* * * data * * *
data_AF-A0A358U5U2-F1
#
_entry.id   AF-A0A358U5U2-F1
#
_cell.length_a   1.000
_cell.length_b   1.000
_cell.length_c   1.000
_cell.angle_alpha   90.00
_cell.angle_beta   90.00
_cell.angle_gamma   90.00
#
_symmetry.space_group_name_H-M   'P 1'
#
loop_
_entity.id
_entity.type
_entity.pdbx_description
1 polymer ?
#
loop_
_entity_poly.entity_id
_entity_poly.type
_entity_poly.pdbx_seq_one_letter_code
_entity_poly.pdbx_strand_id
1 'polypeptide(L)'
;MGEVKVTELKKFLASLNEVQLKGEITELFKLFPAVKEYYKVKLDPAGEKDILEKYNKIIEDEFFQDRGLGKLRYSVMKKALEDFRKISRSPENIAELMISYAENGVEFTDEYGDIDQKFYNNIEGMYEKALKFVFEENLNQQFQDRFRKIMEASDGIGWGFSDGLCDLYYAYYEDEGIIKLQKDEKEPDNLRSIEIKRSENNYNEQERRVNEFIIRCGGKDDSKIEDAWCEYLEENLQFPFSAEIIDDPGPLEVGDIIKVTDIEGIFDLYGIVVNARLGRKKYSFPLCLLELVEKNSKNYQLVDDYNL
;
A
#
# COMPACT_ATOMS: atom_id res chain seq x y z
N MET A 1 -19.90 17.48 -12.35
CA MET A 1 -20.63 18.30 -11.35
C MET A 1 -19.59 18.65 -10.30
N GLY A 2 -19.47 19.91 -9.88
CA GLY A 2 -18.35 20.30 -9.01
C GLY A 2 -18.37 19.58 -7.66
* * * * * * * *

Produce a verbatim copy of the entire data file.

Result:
data_AF-A0A358U5U2-F1
#
_entry.id   AF-A0A358U5U2-F1
#
_cell.length_a   1.000
_cell.length_b   1.000
_cell.length_c   1.000
_cell.angle_alpha   90.00
_cell.angle_beta   90.00
_cell.angle_gamma   90.00
#
_symmetry.space_group_name_H-M   'P 1'
#
loop_
_entity.id
_entity.type
_entity.pdbx_description
1 polymer ?
#
loop_
_entity_poly.entity_id
_entity_poly.type
_entity_poly.pdbx_seq_one_letter_code
_entity_poly.pdbx_strand_id
1 'polypeptide(L)'
;MGEVKVTELKKFLASLNEVQLKGEITELFKLFPAVKEYYKVKLDPAGEKDILEKYNKIIEDEFFQDRGLGKLRYSVMKKALEDFRKISRSPENIAELMISYAENGVEFTDEYGDIDQKFYNNIEGMYEKALKFVFEENLNQQFQDRFRKIMEASDGIGWGFSDGLCDLYYAYYEDEGIIKLQKDEKEPDNLRSIEIKRSENNYNEQERRVNEFIIRCGGKDDSKIEDAWCEYLEENLQFPFSAEIIDDPGPLEVGDIIKVTDIEGIFDLYGIVVNARLGRKKYSFPLCLLELVEKNSKNYQLVDDYNL
;
A
#
# COMPACT_ATOMS: atom_id res chain seq x y z
N MET A 1 -19.90 17.48 -12.35
CA MET A 1 -20.63 18.30 -11.35
C MET A 1 -19.59 18.65 -10.30
N GLY A 2 -19.47 19.91 -9.88
CA GLY A 2 -18.35 20.30 -9.01
C GLY A 2 -18.37 19.58 -7.66